Stargazer Season: Inspiring Kids About Space Education

The night sky offers our children an endless opportunity for amazement.

 

Summertime is ideal for star peeping, and so if you are planning on taking the family camping, you have the chance to introduce the marvels of space. Unlike our ancient ancestors who had nothing but the naked eye and natural curiosity, we have extraordinary technology that demystifies the cosmos at the tap of a finger.

Astronomy seems like an abstract and somewhat obtuse science, but discoveries and inventions that spring from space education inform so much of modern life and can help us conquer real life problems. Here are some concrete reasons we should encourage our kids’ curiosity about the night sky.

Studying space can put math and science to work. For many kids, studying the planets is a great way to utilize. That first solar system mobile has potentially huge implications, sparking the imagination of our future engineers, astrophysicists and astronauts.

Innovation in specialized sciences trickles down to the average consumer. You know how GPS gets you around and shows you where you are? That would not be a reality if science had not pushed the envelope in terms of satellites, mapping and the Internet. Many other inventions we enjoy every day are also derived directly from NASA: firefighter gear, freeze-drying, improved radial tires and temper foam.1

There is so much we still don’t know. Scientific progress continues to teach us and enhance our quality of life. The search for knowledge is not bound by terrestrial concerns; it is as infinite as our universe itself.

 

Here are some great ways to get kids excited about stargazing.

  • Look up cosmic events. National Geographic has a great calendar and tips as to where you can get the best view of night sky activity: http://news.nationalgeographic.com/2016/12/skywatching-sky-guide-2017-top-events-space-astronomy/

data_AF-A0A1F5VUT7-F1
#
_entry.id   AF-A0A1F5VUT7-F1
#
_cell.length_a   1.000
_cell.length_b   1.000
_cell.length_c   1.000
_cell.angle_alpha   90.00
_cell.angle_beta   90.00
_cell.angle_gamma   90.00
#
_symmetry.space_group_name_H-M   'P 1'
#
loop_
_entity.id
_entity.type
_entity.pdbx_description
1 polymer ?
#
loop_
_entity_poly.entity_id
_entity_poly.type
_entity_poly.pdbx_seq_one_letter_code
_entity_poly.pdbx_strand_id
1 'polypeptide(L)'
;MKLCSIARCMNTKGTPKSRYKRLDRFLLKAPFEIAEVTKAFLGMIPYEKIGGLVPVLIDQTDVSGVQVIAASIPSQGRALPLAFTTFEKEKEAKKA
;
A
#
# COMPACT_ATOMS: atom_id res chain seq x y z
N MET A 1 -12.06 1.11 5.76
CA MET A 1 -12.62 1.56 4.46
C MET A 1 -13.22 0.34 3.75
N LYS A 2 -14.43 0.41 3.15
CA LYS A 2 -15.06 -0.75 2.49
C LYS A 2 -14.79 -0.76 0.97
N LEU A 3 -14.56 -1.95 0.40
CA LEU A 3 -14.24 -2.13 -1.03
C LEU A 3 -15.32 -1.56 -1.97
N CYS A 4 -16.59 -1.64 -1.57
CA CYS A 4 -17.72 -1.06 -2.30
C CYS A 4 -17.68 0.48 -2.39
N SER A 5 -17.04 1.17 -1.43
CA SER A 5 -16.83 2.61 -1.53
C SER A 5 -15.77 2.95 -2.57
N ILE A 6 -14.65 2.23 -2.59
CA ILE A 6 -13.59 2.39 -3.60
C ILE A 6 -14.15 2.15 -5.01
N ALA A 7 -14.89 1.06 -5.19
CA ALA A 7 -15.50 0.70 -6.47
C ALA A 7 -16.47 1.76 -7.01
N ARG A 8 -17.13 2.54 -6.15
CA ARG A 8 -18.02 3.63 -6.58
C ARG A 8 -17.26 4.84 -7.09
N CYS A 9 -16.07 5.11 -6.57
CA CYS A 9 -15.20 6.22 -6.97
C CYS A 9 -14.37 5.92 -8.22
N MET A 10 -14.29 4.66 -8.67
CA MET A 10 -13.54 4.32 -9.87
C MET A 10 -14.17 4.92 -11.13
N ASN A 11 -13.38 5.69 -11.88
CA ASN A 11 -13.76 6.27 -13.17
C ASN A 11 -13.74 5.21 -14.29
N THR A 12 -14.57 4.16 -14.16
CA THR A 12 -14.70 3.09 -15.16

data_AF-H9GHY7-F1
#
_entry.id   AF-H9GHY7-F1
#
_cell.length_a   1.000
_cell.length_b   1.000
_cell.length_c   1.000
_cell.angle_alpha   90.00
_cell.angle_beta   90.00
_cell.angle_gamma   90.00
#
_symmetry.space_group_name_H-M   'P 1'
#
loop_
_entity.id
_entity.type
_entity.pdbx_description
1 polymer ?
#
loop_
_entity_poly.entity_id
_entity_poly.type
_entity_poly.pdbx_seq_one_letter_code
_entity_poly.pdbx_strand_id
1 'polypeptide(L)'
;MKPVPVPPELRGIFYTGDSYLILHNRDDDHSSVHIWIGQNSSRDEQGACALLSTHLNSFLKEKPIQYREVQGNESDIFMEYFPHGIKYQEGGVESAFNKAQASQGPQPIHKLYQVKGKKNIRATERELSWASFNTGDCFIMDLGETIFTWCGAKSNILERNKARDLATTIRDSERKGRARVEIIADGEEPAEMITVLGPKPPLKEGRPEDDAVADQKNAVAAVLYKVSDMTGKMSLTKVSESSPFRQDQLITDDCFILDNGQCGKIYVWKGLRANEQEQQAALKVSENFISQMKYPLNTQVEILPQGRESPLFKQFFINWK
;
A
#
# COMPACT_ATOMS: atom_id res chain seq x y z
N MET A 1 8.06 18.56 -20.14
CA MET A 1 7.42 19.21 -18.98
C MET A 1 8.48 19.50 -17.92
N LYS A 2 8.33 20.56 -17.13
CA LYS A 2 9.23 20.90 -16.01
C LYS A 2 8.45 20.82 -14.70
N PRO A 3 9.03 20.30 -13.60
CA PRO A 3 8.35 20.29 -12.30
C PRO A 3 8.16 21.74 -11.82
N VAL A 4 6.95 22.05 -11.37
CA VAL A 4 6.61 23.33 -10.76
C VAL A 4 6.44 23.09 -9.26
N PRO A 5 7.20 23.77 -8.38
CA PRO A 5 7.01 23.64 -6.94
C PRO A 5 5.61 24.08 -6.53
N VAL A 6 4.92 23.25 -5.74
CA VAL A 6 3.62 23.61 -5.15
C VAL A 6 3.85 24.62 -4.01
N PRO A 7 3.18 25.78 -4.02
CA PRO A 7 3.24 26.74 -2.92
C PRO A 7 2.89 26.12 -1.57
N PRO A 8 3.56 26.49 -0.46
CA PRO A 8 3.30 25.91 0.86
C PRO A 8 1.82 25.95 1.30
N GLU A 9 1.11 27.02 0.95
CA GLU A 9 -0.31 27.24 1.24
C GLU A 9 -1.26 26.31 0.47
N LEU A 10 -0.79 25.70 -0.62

• Get a stargazing app. There are several great GPS apps that enable you to point your device at the sky and see the constellations and planets.
  • Build a star map. It’s so easy to make a map of the night sky, and when you do, you’ll be surprised but how fast your kids will learn to recognize the constellations.
  • Visit a science and technology museum or an observatory. Summer is the perfect time to visit one of the many amazing museums and observatories that bring the majesty of space to live. There are also docents and staff there to answer questions, like talking to a real expert.
  • Make a sundial. An amazingly simple yet effective device, you can set this up in your backyard or in a sunny spot while you camp. Perfect for beginner astronomers to get started, a sundial makes a great introduction to learning about the wonders of our universe – and they’re pretty cool!

 

For parents, teachers and students, the base of knowledge we already have is awe-inspiring. However, we have a responsibility to foster inquiry in the new generation. This summer, do your part to bring the wonder of science to your family by simply going out on a clear night and witnessing the stars.

 

 

 

References:

  1. https://spinoff.nasa.gov/Spinoff2008/tech_benefits.html
  2. http://gettingsmart.com/2012/04/infographic-the-decline-of-stem-education-in-the-u-s/
  3. http://gettingsmart.com/2012/04/infographic-the-decline-of-stem-education-in-the-u-s/

About Susie Almaneih

Susie Almaneih spent several years during her young adulthood teaching children dance at her church group, as well as other cultural-based activities. Susie now spends as much time as she can giving back to the families in her community. Over the years, this love for community has evolved into a deeper love for delivering positive and creative content and awareness to families of all ages.

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